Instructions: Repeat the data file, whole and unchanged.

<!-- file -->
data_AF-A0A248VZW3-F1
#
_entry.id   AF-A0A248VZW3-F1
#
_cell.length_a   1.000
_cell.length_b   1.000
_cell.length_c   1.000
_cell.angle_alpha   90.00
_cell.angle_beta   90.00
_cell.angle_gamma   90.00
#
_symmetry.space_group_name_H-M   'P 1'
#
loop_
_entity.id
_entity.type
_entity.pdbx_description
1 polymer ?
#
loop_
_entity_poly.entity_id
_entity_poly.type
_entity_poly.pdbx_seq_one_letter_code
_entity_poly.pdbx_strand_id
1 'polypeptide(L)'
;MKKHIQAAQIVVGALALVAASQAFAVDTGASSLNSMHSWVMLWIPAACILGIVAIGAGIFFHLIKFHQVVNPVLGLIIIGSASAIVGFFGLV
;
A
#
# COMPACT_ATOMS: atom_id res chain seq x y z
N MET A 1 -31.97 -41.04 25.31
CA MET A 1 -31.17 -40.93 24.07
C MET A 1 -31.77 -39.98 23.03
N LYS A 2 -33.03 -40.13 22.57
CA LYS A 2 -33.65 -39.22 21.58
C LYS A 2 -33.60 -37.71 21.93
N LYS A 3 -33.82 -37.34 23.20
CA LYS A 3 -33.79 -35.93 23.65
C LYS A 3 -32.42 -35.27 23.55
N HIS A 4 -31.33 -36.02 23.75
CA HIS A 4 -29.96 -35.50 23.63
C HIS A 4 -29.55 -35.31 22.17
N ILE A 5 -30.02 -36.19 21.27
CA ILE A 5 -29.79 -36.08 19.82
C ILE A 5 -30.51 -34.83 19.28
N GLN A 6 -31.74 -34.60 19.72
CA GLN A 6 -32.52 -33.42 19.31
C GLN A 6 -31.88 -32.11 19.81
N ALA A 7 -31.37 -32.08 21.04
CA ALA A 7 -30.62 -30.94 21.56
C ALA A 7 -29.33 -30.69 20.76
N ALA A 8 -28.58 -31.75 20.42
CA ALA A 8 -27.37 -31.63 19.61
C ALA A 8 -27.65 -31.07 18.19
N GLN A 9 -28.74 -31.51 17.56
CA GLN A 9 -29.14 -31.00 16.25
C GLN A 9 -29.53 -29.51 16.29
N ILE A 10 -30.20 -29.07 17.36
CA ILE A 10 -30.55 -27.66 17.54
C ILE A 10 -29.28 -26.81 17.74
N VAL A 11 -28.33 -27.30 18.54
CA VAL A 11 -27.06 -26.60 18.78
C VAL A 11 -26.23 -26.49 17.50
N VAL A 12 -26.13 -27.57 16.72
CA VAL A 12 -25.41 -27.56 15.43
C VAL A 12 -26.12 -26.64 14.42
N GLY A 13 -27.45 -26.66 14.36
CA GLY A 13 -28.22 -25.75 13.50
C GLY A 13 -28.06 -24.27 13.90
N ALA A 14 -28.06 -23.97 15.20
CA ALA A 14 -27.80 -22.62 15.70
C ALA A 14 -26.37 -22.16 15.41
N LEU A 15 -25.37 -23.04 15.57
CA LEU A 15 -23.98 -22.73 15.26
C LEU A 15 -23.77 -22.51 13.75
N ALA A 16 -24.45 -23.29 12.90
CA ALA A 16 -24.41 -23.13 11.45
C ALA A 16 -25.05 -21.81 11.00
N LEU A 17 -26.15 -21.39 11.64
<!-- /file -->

data_AF-A0A248VZW3-F1
#
_entry.id   AF-A0A248VZW3-F1
#
_cell.length_a   1.000
_cell.length_b   1.000
_cell.length_c   1.000
_cell.angle_alpha   90.00
_cell.angle_beta   90.00
_cell.angle_gamma   90.00
#
_symmetry.space_group_name_H-M   'P 1'
#
loop_
_entity.id
_entity.type
_entity.pdbx_description
1 polymer ?
#
loop_
_entity_poly.entity_id
_entity_poly.type
_entity_poly.pdbx_seq_one_letter_code
_entity_poly.pdbx_strand_id
1 'polypeptide(L)'
;MKKHIQAAQIVVGALALVAASQAFAVDTGASSLNSMHSWVMLWIPAACILGIVAIGAGIFFHLIKFHQVVNPVLGLIIIGSASAIVGFFGLV
;
A
#
# COMPACT_ATOMS: atom_id res chain seq x y z
N MET A 1 -31.97 -41.04 25.31
CA MET A 1 -31.17 -40.93 24.07
C MET A 1 -31.77 -39.98 23.03
N LYS A 2 -33.03 -40.13 22.57
CA LYS A 2 -33.65 -39.22 21.58
C LYS A 2 -33.60 -37.71 21.93
N LYS A 3 -33.82 -37.34 23.20
CA LYS A 3 -33.79 -35.93 23.65
C LYS A 3 -32.42 -35.27 23.55
N HIS A 4 -31.33 -36.02 23.75
CA HIS A 4 -29.96 -35.50 23.63
C HIS A 4 -29.55 -35.31 22.17
N ILE A 5 -30.02 -36.19 21.27
CA ILE A 5 -29.79 -36.08 19.82
C ILE A 5 -30.51 -34.83 19.28
N GLN A 6 -31.74 -34.60 19.72
CA GLN A 6 -32.52 -33.42 19.31
C GLN A 6 -31.88 -32.11 19.81
N ALA A 7 -31.37 -32.08 21.04
CA ALA A 7 -30.62 -30.94 21.56
C ALA A 7 -29.33 -30.69 20.76
N ALA A 8 -28.58 -31.75 20.42
CA ALA A 8 -27.37 -31.63 19.61
C ALA A 8 -27.65 -31.07 18.19
N GLN A 9 -28.74 -31.51 17.56
CA GLN A 9 -29.14 -31.00 16.25
C GLN A 9 -29.53 -29.51 16.29
N ILE A 10 -30.20 -29.07 17.36
CA ILE A 10 -30.55 -27.66 17.54
C ILE A 10 -29.28 -26.81 17.74
N VAL A 11 -28.33 -27.30 18.54
CA VAL A 11 -27.06 -26.60 18.78
C VAL A 11 -26.23 -26.49 17.50
N VAL A 12 -26.13 -27.57 16.72
CA VAL A 12 -25.41 -27.56 15.43
C VAL A 12 -26.12 -26.64 14.42
N GLY A 13 -27.45 -26.66 14.36
CA GLY A 13 -28.22 -25.75 13.50
C GLY A 13 -28.06 -24.27 13.90
N ALA A 14 -28.06 -23.97 15.20
CA ALA A 14 -27.80 -22.62 15.70
C ALA A 14 -26.37 -22.16 15.41
N LEU A 15 -25.37 -23.04 15.57
CA LEU A 15 -23.98 -22.73 15.26
C LEU A 15 -23.77 -22.51 13.75
N ALA A 16 -24.45 -23.29 12.90
CA ALA A 16 -24.41 -23.13 11.45
C ALA A 16 -25.05 -21.81 11.00
N LEU A 17 -26.15 -21.39 11.64